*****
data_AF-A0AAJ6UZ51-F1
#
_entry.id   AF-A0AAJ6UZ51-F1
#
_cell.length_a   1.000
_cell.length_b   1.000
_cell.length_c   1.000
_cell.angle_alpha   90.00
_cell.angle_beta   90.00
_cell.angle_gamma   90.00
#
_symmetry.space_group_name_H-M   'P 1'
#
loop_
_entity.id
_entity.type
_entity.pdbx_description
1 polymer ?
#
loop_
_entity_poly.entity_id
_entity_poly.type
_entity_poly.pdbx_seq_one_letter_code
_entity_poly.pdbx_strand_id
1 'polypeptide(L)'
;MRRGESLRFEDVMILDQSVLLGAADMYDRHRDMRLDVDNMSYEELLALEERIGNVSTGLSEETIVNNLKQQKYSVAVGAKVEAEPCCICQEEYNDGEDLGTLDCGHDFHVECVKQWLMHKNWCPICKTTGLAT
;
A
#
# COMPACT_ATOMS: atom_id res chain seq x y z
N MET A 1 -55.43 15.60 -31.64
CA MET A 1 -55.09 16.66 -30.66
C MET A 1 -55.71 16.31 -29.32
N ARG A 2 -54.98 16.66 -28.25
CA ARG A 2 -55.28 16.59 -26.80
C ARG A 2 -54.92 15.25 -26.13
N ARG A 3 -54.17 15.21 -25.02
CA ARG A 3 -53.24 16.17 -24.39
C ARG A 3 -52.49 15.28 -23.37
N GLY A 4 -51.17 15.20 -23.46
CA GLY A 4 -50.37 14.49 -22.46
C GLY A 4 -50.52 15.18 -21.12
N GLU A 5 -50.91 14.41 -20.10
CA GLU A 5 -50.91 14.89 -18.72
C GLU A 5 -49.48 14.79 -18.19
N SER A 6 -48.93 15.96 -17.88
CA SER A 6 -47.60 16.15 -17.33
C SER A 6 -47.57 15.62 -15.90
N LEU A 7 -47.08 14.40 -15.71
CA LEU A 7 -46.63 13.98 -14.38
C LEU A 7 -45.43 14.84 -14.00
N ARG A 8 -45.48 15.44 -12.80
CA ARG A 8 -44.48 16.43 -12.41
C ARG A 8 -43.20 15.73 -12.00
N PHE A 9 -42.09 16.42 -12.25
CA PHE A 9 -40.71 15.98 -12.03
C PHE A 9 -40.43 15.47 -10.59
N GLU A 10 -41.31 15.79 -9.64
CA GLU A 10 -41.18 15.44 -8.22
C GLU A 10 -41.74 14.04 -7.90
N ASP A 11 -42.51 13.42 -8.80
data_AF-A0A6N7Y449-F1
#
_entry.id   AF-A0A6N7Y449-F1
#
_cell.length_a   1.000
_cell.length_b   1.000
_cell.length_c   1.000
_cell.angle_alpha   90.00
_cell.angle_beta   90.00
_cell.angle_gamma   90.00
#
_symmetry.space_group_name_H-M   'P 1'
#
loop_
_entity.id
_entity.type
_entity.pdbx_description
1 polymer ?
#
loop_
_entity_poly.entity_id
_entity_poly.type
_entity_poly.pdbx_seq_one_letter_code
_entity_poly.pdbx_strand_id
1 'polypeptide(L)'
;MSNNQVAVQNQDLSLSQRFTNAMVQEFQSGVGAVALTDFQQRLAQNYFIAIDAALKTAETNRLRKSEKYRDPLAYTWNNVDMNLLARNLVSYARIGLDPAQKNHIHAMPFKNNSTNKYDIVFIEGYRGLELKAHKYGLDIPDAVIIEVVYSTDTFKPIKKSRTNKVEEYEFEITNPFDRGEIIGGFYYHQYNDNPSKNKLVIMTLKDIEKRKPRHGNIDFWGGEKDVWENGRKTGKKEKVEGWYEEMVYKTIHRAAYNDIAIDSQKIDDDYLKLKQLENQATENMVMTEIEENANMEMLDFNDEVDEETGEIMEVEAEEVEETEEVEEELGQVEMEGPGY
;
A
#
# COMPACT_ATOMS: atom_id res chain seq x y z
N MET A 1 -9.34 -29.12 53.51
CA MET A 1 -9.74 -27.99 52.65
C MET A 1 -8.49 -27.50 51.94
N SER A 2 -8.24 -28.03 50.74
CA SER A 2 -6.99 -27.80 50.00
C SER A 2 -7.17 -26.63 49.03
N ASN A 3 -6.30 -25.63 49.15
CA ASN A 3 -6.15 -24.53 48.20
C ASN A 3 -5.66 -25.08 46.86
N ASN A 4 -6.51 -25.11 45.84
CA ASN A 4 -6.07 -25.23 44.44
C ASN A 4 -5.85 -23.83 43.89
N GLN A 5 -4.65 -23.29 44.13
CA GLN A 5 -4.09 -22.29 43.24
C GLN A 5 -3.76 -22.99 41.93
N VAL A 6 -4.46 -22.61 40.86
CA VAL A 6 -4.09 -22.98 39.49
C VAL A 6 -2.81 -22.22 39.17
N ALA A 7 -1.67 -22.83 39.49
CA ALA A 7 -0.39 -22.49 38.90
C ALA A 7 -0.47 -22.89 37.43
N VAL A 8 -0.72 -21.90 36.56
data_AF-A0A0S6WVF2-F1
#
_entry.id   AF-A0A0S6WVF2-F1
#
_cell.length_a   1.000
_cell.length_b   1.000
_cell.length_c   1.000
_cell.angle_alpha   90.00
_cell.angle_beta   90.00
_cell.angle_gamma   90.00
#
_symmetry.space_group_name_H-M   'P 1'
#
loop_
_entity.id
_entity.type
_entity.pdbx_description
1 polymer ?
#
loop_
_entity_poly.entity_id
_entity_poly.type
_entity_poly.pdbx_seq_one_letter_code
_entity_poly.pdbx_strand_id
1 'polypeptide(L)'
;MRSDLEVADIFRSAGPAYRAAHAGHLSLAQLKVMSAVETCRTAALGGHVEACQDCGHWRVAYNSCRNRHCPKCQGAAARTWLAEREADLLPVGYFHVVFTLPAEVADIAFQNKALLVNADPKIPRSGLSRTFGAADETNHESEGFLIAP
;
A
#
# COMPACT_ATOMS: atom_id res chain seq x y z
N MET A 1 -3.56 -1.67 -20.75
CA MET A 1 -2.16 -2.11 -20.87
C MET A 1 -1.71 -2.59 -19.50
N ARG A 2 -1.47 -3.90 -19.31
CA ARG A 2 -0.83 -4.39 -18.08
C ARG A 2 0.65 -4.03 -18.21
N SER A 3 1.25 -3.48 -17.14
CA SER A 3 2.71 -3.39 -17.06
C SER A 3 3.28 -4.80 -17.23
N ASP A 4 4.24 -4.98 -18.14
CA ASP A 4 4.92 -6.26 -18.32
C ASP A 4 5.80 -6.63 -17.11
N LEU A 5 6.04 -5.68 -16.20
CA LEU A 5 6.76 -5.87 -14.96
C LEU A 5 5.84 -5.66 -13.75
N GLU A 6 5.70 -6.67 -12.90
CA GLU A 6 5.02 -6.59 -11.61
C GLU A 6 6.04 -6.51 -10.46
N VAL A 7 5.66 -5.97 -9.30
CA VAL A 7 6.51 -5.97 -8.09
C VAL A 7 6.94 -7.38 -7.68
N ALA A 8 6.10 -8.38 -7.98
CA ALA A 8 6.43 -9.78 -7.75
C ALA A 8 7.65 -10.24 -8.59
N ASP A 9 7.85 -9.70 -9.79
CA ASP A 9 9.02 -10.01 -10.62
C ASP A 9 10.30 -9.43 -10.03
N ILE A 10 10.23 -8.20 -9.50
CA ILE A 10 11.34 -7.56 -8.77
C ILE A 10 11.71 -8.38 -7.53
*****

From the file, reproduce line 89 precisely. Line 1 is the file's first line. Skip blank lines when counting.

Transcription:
A